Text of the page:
This is one of the steampunk books that has a fairly straightforward plot. But despite its prosaic structure, the characterization, world-building, and pacing by the author make the book a delight to read. Our protagonist Edwin Hocker finds himself in the sewers of Victorian London on a quest to find the Excalibur. Jeter provides brilliant descriptions of this dark and dank environment which are chilling, thrilling, and fascinating.

This book is a must-read for any fan of the steampunk genre.

2. Difference Engine by William Gibson and Bruce Sterling

The Difference Engine by William Gibson and Bruce Sterling is one of the first steampunk books that provided a spark for the genre into exploding into what it is today. The novel is mainly focussed around three characters: Sybil Gerard, who is a disgraced courtesan daughter of an executed Luddite rabble-rouser; Edward Mallory, who is an explorer and paleontologist; and Laurence Oliphant, who is based on an actual historical character who uses his job as a travel writer as a cover for his work as a spy. Linking all their stories is their hunt to find a mysterious set of very powerful computer punch cards that allow the user to predict gambling outcomes and consistently place winning bets.

This novel has been nominated for several prestigious awards, including the Nebula Award for Best Novel, the British Science Fiction Award, the John W. Campbell Memorial Award, and the Prix Aurora Award, and is must read for any steampunk enthusiast.

3. Mortal Engines by Philip Reeve

This book by Philip Reeve is the first book in the Hungry City Chronicles that follows several characters on an epic emotional and fantastical journey across a dystopian Europe. The book features a steampunk, futuristic version of London, now a giant machine city, trying to survive and fight for what remaining resources are left after the “Sixty Minute War”. The book is set in the aftermath of this war and cities have been dismantled using giant engines and wheels and consume other cities for resources. 

The story takes you on a roller coaster journey across the European dystopia and features some amazing technologies and social disparities that are central to the plot. The novel has won Nestlé Smarties Book Prize and the Blue Peter Book Award (2003) and was also shortlisted for the Whitbread Award (2004), the ALA’s Notable Books for Children award (2004), and the Blue Peter Awards 20th-anniversary prize (2020).

If you like this book you can follow it up with the sequels, written by the same author, called Predator’s Gold, Infernal Devices, and A Darkling Plain.

4. Airborn by Kenneth Oppel

Airborn is a steampunk novel by Kenneth Oppel. This is one of those steampunk books that incorporates an alternate history style. In this universe, airplanes were never invented and airships and hot air balloons are the primary modes of transport. This novel is a perfect combination of steampunk and fantasy as it also features fictional creatures that inhabit the sky. The story takes place aboard a transoceanic luxury passenger airship, the Aurora.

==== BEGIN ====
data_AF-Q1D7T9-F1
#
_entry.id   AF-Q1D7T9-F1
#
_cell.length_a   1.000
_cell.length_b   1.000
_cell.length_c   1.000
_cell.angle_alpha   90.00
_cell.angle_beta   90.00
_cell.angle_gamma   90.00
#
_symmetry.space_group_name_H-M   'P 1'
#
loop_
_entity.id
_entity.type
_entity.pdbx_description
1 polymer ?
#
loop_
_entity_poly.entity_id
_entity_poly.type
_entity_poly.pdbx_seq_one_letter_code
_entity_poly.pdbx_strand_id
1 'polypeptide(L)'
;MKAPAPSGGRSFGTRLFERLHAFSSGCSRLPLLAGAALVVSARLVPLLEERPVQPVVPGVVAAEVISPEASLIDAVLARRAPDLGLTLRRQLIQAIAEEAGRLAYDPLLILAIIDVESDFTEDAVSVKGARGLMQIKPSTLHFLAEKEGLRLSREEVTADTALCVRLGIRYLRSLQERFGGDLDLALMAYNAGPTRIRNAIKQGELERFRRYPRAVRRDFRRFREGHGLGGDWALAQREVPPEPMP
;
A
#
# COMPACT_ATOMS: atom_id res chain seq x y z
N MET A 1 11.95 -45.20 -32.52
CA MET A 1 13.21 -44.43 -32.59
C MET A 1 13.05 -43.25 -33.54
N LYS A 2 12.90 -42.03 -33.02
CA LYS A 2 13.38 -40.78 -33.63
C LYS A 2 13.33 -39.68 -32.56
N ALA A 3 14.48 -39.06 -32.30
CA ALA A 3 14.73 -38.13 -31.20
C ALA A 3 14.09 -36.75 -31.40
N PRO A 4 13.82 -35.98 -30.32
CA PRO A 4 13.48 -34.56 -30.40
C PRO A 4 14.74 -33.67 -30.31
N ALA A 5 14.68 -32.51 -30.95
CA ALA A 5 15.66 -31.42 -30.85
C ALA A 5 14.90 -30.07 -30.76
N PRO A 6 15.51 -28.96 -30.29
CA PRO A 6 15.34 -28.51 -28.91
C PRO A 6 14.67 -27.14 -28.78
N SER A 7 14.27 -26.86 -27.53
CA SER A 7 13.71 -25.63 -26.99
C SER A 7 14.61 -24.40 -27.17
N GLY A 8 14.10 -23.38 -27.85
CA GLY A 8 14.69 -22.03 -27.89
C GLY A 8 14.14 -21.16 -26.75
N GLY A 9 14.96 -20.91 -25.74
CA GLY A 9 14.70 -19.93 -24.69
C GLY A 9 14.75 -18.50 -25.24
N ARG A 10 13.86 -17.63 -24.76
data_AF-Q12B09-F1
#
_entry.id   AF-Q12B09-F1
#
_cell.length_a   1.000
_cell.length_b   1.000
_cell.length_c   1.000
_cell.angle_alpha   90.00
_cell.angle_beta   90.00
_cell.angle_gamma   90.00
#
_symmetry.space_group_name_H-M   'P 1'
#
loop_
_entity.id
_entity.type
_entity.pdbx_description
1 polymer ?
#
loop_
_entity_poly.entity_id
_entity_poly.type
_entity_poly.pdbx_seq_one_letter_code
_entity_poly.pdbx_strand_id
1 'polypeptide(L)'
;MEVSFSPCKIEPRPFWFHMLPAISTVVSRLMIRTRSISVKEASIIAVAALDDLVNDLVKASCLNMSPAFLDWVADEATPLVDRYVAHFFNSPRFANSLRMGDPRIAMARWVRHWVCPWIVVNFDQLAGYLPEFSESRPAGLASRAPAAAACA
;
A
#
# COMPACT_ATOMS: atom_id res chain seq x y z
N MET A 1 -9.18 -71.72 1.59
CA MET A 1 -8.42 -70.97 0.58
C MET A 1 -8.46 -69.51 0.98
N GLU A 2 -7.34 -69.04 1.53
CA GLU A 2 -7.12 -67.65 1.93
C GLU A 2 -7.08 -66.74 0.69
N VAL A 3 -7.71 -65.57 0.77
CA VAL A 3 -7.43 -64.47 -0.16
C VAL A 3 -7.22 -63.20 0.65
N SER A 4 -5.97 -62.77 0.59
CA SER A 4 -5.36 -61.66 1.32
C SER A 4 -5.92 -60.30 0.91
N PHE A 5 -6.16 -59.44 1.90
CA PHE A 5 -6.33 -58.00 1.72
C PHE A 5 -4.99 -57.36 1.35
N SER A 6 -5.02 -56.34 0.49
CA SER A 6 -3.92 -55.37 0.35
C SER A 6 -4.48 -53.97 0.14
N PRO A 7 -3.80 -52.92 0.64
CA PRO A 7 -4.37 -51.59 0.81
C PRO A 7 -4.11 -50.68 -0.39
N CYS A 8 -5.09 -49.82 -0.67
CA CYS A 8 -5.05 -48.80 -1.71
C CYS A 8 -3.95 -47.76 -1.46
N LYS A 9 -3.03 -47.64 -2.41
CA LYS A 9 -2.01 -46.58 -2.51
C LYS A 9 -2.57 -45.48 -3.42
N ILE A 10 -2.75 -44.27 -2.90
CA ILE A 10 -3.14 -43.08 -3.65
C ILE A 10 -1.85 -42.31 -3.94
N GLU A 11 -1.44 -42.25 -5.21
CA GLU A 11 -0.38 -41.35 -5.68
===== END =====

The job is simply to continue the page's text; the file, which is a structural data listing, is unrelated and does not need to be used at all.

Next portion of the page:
This book has it all, action, adventure, tragedy, and a little bit of romance. The book grabs you from the very beginning and never lets go. The mood is consistent and the vocabulary is just right for young adults. The story is told from Matt’s perspective, and his character, that of the female protagonist Kate, as well as the other main characters, are all well developed with just the right amount of introspection. Action scenes are well described and just enough to keep audiences captivated.

5. Boneshaker by Cherie Priest

Cherie Priest’s Boneshaker is a great read as it perfectly combines steampunk with a post-apocalyptic universe. The setting is Old West Seattle in the late 1870s and the town has been transformed by twin disasters into a walled city. The disaster caused a deadly yellow gas called the “Blight”  to leak which transformed people in the vicinity to turn into ravenous decaying monsters. The author also provided vivid details of magnificent airships that roam the skies in this universe.

The author has given a lot of detail in building believable characters that keep the story cohesive and the reader captivated. The author has also done an excellent job of maintaining the balance of action sequences and providing vivid descriptions of said action sequences. The pacing of the story is fast and appropriately so as the story takes place over just a handful of days.

Highly recommended for fans of steampunk, zombie apocalypses, and airships, and for anyone who just enjoys a really good read. It was nominated for the 2009 Nebula Award for Best Novel and the 2010 Hugo Award for Best Novel. It won the 2010 Locus Award for Best Science Fiction Novel.

Hope you enjoy our recommendations of steampunk books that we have enjoyed over the years. Please let us know about your favorite steampunk books in the comments section.